6 September 2020

6 September

- Giovanni Fattori - painter

Landscape artist who painted Risorgimento battle scenes 

The painter Giovanni Fattori, who campaigned to free Italy from Austrian domination and captured Risorgimento battle scenes on canvas, was born on this day in 1825 in Livorno.  Fattori became a leading member of a group of Tuscan painters known as the Macchiaioli, who have been described as the Italian equivalent of the French Impressionists but whose images were more sharply defined.  The group, largely comprising painters from a working class background, saw themselves more as a social movement who expressed themselves through art.  Born into a modest household in the Via della Coroncina in the centre of Livorno, the Tuscan port city, Fattori’s family hoped he would seek a qualification in commerce that would equip him to prosper in the city’s trade-based economy.  But his skill in sketching persuaded them instead to apprentice him in 1845 to Giuseppe Baldini, a local painter of religious themes.  The following year he moved to Florence to study under Giuseppe Bezzuoli and enrol at the Academy of Fine Arts in Florence.  It was while he was in Florence, in 1848, that he became politically active, joining the Partito d’Azione.  Read more…


Andrea Camilleri – author

Creator of Inspector Montalbano

Writer and film producer Andrea Camilleri was born on this day in 1925 in Porto Empedocle in Sicily.  Famous for creating the fictional character Inspector Montalbano, Camilleri is a prolific, best-selling novelist who has generated worldwide interest in the culture and landscapes of Sicily.  Camilleri studied literature and although he never completed his course he began to write poems and short stories. He was taught stage and film direction and became a director and a screenwriter. He worked on several television productions for RAI, including the Inspector Maigret series.  He wrote his first novel in 1978 but it was not until 1992 that one of his novels, La stagione della caccia - The Hunting Season - became a bestseller.  In 1994 Camilleri published La forma dell’acqua - The Shape of Water - which was the first novel to feature the character of Inspector Montalbano, a detective serving the police in Vig├áta, an imaginary Sicilian town.  The book was written in Italian but had a real Sicilian flavour, with local phrases and sayings and descriptions of the classic Sicilian dishes particularly favoured by Montalbano.  Read more…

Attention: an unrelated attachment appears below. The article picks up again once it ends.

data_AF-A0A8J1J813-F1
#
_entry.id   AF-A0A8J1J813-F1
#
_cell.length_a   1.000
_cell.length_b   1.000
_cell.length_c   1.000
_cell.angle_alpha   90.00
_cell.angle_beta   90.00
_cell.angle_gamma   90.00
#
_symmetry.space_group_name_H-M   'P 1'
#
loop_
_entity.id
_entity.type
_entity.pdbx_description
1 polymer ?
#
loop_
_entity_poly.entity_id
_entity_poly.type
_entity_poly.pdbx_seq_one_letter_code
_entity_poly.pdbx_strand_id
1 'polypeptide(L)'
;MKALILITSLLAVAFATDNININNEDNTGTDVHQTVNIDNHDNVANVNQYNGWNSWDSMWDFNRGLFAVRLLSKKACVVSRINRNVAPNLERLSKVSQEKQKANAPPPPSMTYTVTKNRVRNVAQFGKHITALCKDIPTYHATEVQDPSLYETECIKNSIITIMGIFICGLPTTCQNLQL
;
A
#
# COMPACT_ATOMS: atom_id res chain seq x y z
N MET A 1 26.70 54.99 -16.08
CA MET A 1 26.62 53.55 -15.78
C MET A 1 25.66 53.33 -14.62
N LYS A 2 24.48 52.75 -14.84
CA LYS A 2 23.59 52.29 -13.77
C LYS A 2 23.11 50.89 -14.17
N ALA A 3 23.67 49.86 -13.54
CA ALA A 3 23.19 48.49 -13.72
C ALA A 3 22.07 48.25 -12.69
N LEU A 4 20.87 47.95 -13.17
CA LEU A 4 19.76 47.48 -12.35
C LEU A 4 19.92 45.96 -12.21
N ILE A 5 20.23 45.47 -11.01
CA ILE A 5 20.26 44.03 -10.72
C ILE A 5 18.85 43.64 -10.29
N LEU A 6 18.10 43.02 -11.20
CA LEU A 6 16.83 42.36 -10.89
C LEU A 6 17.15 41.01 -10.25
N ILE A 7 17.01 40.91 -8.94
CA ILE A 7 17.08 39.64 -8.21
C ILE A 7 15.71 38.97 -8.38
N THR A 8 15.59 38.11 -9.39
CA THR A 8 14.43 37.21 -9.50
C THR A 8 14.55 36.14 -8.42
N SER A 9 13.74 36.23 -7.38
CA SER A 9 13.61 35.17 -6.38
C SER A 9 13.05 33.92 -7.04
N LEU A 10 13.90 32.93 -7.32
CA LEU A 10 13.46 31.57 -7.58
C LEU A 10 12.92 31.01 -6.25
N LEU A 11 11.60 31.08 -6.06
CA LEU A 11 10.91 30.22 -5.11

Francesco I d’Este – Duke of Modena

Military leader left legacy of fine architecture

Francesco I, Duke of Modena, who was to be immortalised in a bust by the sculptor, Bernini, was born on this day in 1610 in Modena in Emilia-Romagna.  He is remembered as a skilful military commander, who enriched Modena with the building of the Ducal Palace.  Francesco was the eldest son of Alfonso III d’Este and Isabella of Savoy and became Duke of Modena in 1629 after the death of his mother had prompted his grieving father to abdicate in order to take religious vows and become a Capuchin Friar in Merano.  During the next two years about 70 per cent of the inhabitants of Modena were killed by the plague.  The Duke’s father, now known as Fra’ Giambattista da Modena, tried to help the dying and went about preaching during the outbreak of plague, before retiring to a convent built by Francesco for him in Castelnuovo in Garfagnana.  After the outbreak of the Thirty Years War, Francesco sided with Spain and invaded the Duchy of Parma, but when he went to Spain to claim his reward he was able to acquire only Correggio, for a payment of 230,000 florins.  Francesco then sided with Venice, Florence and Parma against Pope Urban VIII and tried unsuccessfully to conquer Ferrara.  Read more…


Isabella Leonarda – composer

Devout nun wrote an abundance of Baroque music

Isabella Leonarda, a nun who was one of the most productive women composers of her time, was born on this day in 1620 in Novara.  Leonarda’s published work spans a period of 60 years and she has been credited with more than 200 compositions.  She did not start composing regularly until she was in her fifties, but noted in the dedication to one of her works that she wrote music only during time allocated for rest, so as not to neglect her administrative duties within the convent.  Leonarda was the daughter of Count Gianantonio Leonardi and his wife Apollonia. The Leonardi were important people in Novara, many of them church and civic officials.  Leonarda entered the Collegio di Sant’Orsola, a convent in Novara, when she was 16 and rose to a high position within the convent.  Her published compositions began to appear in 1640 but it was the work she produced later in her life that she is remembered for today and she became one of the most prolific convent composers of the Baroque era. It is believed she taught the other nuns to perform music, which would have given her the opportunity to have her own compositions performed.  Read more…


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